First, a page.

The idling rotational speed Nin of during the normally controlled operation is a value obtained by adding an increase correction amount to the general idling rotational speed (broken line), the increase correction amount decreasing with an increase in the cooling water temperature TW. Therefore, the idling rotational speed Nin of during the normally controlled operation converges to the general idling rotational speed (700 rpm) at a moment when the cooling water temperature TW is raised to about 80° C.

On the other hand, the increased activating rotational speed NiU decreases with an increase in the cooling water temperature TW but still remains at a value higher than the idling rotational speed Nin of during the normally controlled operation by the increase correction amount ΔNi(TW).

The increase correction amount ΔNi(TW) of the increased activating rotational speed NiU is a function of the cooling water temperature TW and, in this case, slightly decreases with an increase in the cooling water temperature TW.

Referring to FIG. 28, the target idling rotational speed Nio immediately after the start during the normally controlled operation is set to 700 rpm during the period of from a moment t1 of the start of the operation to a moment t2 of when the engine is really started, and is, then, increased to about 1500 rpm at the moment t2 when the engine is started.

At the moment t2 of when the engine is started, the target idling rotational speed Nio is set to a value obtained by adding an increase component ΔNis immediately after the start to the basic rotational speed Nib.

Referring to FIG. 22, the ECU 14 (see FIG. 38) judges whether the catalyst temperature TC is lower than the first predetermined temperature T1 a (e.g., about 70° C.) or not (step S31). When it is judged that TC<T1 a (i.e., YES), the target idling rotational speed Nio is set to the idling rotational speed Nin of during the normally controlled operation (step S32).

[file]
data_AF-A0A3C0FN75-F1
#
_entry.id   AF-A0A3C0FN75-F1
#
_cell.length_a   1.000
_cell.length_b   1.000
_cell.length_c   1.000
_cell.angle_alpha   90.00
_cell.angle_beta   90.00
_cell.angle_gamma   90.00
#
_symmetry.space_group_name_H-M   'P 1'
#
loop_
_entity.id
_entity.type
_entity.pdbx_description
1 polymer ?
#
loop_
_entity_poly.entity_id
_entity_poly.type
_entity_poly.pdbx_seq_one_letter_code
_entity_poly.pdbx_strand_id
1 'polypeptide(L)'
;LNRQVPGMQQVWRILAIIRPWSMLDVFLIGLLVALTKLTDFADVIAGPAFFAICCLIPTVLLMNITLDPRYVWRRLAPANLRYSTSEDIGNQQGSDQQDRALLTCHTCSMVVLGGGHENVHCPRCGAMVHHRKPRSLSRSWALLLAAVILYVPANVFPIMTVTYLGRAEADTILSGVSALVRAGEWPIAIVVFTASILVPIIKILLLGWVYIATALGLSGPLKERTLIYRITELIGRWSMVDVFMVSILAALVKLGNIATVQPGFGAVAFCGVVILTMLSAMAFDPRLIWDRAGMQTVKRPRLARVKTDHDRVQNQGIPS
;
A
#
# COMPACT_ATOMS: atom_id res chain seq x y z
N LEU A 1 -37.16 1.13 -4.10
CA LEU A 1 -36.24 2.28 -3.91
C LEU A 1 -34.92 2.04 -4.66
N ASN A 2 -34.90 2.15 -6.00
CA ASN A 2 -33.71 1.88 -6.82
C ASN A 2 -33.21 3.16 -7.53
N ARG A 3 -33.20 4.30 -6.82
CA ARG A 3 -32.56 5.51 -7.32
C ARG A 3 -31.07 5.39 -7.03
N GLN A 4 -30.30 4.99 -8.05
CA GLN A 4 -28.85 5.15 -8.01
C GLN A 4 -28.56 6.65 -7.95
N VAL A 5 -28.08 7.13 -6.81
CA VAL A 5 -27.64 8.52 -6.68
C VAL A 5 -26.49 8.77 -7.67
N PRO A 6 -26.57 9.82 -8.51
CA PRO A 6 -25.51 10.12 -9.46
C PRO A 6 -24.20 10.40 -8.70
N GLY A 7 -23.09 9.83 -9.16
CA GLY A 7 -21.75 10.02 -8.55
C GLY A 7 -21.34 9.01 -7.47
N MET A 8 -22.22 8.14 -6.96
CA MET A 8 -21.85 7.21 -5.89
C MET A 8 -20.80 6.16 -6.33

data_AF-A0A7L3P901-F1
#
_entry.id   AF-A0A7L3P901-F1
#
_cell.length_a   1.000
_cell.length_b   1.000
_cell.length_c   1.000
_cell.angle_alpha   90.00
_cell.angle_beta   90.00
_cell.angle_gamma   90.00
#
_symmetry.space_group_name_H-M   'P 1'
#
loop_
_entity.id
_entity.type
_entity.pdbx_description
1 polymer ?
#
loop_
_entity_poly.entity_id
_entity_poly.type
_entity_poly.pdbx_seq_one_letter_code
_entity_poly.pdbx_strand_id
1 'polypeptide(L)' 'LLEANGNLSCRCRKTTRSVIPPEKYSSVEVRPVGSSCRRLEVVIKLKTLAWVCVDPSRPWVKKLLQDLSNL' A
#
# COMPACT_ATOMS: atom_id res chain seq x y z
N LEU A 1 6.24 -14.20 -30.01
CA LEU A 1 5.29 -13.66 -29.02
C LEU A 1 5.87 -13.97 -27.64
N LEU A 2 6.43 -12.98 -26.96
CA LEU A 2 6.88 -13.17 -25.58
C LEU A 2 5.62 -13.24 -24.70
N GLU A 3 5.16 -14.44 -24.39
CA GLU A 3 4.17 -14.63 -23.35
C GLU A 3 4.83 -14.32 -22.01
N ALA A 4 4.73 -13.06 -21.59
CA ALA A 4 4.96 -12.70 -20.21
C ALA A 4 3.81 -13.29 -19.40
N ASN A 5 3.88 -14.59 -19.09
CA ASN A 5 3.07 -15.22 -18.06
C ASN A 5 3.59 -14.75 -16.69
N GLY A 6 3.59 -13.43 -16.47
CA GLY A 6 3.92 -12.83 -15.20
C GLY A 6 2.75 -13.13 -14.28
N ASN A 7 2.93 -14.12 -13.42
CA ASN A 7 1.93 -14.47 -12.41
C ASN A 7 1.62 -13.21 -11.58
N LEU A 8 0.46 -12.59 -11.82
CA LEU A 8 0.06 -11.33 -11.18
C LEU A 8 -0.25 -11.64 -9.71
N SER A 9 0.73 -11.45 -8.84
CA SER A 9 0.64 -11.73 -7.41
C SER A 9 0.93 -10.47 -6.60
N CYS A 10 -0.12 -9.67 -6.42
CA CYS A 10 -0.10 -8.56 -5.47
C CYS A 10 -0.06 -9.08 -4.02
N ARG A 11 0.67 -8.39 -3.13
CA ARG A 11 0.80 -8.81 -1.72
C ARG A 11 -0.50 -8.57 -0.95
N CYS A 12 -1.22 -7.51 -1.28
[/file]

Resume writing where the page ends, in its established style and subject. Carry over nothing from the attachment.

When it is judged at the step S31 that TC≧T1 a (i.e., NO), the first tailing processing is executed with the first rotational speed Ni1 (corresponds to the increased activating rotational speed NiU) as a target value Nio.

In the first tailing processing (step S33), the target idling rotational speed Nio gradually increases toward the increased activating rotational speed NiU.

That is, the first rotational speed Ni1 is not readily set to the increased activating rotational speed NiU, but is gradually increased from the idling rotational speed Nin of during the normally controlled operation to the increased activating rotational speed NiU, so that the feeling of driving will not be deteriorated.

Next, the ECU 14 judges whether the catalyst temperature TC is higher than the second predetermined temperature T2 a (>T1 a) that corresponds to the activating temperature (about 130° C.) or not (i.e., whether the catalyst temperature TC has reached the activating temperature or not) (step S34).

When it is judged that TC>T2 a (i.e., YES), it is so regarded that the catalyst is activated to a sufficient degree, and the second tailing processing is executed with the second rotational speed Ni2 (corresponds to the idling rotational speed Nin of during the normally controlled operation) as a target value Nio (step S35), and the processing routine of FIG. 22 returns.

In the second tailing processing (step S35), the second rotational speed Ni2 is not readily set to the idling rotational speed Nin of during the normally controlled operation, but is gradually decreased from the second rotational speed Ni2 (increased activating rotational speed NiU) down to the idling rotational speed Nin of during the normally controlled operation as shown in FIG. 24 (which will be described later), so that the feeling of driving will not be deteriorated.